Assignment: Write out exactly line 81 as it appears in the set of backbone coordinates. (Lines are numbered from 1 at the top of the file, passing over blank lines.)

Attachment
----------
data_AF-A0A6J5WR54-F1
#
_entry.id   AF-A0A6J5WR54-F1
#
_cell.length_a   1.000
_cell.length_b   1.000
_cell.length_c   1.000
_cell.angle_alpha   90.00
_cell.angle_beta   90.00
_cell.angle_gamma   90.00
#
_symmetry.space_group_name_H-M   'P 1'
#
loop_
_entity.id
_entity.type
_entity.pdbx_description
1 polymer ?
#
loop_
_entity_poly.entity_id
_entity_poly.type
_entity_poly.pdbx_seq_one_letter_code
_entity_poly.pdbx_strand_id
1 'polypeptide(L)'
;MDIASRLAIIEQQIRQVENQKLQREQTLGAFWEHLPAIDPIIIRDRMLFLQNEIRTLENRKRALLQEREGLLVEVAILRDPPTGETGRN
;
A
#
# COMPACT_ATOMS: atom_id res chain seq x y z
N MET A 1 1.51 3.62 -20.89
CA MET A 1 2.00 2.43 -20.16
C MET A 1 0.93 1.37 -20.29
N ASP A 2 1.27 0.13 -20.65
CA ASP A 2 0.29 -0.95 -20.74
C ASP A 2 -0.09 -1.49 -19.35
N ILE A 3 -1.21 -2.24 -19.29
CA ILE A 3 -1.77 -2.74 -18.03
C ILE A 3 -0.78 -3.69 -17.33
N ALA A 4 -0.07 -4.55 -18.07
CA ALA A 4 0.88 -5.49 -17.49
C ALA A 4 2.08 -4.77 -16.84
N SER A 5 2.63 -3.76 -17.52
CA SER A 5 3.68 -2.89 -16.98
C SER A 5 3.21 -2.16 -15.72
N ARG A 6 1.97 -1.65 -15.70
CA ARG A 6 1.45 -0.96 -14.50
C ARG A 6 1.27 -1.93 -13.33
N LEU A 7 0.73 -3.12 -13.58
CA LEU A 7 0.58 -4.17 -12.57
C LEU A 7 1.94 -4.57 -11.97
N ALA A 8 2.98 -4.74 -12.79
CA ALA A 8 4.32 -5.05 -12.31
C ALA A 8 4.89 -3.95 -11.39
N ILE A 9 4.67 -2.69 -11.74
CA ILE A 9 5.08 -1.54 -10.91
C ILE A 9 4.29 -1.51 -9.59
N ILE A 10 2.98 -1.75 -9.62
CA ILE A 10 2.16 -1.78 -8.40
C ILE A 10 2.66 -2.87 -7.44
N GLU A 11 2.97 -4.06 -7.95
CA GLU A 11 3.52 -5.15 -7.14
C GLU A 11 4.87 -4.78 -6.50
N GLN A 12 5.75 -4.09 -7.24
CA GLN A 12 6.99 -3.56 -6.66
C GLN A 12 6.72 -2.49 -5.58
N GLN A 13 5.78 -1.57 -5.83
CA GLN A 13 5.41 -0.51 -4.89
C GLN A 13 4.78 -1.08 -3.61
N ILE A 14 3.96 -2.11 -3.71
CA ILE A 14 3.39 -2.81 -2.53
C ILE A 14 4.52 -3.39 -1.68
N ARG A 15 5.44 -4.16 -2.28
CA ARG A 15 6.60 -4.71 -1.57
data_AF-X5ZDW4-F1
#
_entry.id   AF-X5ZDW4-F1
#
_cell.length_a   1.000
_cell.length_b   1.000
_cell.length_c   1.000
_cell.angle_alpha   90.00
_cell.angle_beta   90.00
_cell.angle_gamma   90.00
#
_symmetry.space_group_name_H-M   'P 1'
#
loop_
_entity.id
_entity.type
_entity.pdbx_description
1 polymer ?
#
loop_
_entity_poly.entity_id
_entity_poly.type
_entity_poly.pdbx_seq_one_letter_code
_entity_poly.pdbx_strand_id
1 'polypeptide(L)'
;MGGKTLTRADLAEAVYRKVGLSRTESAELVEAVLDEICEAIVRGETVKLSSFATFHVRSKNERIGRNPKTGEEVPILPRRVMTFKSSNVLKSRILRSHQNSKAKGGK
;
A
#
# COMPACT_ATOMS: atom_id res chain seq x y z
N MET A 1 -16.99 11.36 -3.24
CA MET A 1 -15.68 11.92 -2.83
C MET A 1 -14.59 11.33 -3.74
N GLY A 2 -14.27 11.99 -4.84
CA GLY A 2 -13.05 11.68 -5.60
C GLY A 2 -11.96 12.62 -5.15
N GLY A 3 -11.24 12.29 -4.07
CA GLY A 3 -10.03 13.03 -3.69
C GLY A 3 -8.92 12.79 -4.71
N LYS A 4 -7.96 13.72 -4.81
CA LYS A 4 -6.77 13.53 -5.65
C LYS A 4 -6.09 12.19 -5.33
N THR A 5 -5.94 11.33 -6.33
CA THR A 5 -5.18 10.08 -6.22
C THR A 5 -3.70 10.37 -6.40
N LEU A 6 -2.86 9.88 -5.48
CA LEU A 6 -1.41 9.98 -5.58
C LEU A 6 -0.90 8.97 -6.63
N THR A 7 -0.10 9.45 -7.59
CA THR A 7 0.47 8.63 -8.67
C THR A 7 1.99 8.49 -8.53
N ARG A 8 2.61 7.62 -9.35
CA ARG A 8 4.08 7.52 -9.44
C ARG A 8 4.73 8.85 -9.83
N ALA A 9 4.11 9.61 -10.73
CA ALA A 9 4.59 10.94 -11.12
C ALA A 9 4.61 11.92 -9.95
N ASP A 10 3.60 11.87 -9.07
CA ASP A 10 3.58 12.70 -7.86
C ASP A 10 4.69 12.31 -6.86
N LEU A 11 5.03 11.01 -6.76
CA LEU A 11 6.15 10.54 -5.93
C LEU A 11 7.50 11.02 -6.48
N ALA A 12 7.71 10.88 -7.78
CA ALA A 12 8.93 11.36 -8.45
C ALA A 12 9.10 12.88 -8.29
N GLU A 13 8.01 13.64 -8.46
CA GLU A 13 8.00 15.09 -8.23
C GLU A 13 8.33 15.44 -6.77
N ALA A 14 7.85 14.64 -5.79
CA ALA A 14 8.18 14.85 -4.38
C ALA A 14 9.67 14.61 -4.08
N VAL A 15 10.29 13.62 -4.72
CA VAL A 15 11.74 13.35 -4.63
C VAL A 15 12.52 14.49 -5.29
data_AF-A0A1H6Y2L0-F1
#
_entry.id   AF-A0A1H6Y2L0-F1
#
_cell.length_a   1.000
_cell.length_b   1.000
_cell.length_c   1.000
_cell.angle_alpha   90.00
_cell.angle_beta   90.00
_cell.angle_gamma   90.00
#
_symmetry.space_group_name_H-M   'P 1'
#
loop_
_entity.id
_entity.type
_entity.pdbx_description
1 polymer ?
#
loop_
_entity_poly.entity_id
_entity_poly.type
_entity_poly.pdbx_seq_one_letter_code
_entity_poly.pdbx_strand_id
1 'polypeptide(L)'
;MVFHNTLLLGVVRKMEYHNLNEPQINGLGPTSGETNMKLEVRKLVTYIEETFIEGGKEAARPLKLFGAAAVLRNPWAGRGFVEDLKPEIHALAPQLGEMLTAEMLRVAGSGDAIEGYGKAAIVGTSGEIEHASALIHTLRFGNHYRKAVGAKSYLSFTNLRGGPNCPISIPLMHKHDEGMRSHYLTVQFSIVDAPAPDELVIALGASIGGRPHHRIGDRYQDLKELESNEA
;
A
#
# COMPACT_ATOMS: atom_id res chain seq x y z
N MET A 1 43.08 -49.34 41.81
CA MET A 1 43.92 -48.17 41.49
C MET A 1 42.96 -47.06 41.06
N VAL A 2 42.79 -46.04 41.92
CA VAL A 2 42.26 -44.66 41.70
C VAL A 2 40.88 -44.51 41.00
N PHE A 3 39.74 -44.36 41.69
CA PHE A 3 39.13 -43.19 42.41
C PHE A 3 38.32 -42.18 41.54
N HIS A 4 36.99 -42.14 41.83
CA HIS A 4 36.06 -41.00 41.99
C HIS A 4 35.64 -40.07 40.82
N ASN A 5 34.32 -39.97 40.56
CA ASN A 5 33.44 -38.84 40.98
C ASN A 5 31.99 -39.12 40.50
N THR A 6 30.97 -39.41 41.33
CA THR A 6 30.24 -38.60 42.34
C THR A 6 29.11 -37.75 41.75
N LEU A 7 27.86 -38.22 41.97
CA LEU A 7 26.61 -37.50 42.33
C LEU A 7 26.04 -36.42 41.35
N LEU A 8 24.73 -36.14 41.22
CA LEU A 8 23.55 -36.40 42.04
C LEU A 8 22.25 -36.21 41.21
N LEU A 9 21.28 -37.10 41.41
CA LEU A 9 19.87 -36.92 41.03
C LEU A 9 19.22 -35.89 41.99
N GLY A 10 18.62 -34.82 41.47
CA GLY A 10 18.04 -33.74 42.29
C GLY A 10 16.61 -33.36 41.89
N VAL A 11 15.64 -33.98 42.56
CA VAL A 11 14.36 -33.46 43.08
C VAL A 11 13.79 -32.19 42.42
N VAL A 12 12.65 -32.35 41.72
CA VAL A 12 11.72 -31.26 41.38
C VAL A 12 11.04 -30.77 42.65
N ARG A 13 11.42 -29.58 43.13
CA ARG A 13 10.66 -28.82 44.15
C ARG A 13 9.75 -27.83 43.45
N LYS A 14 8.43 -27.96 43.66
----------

_cell.length_c   1.000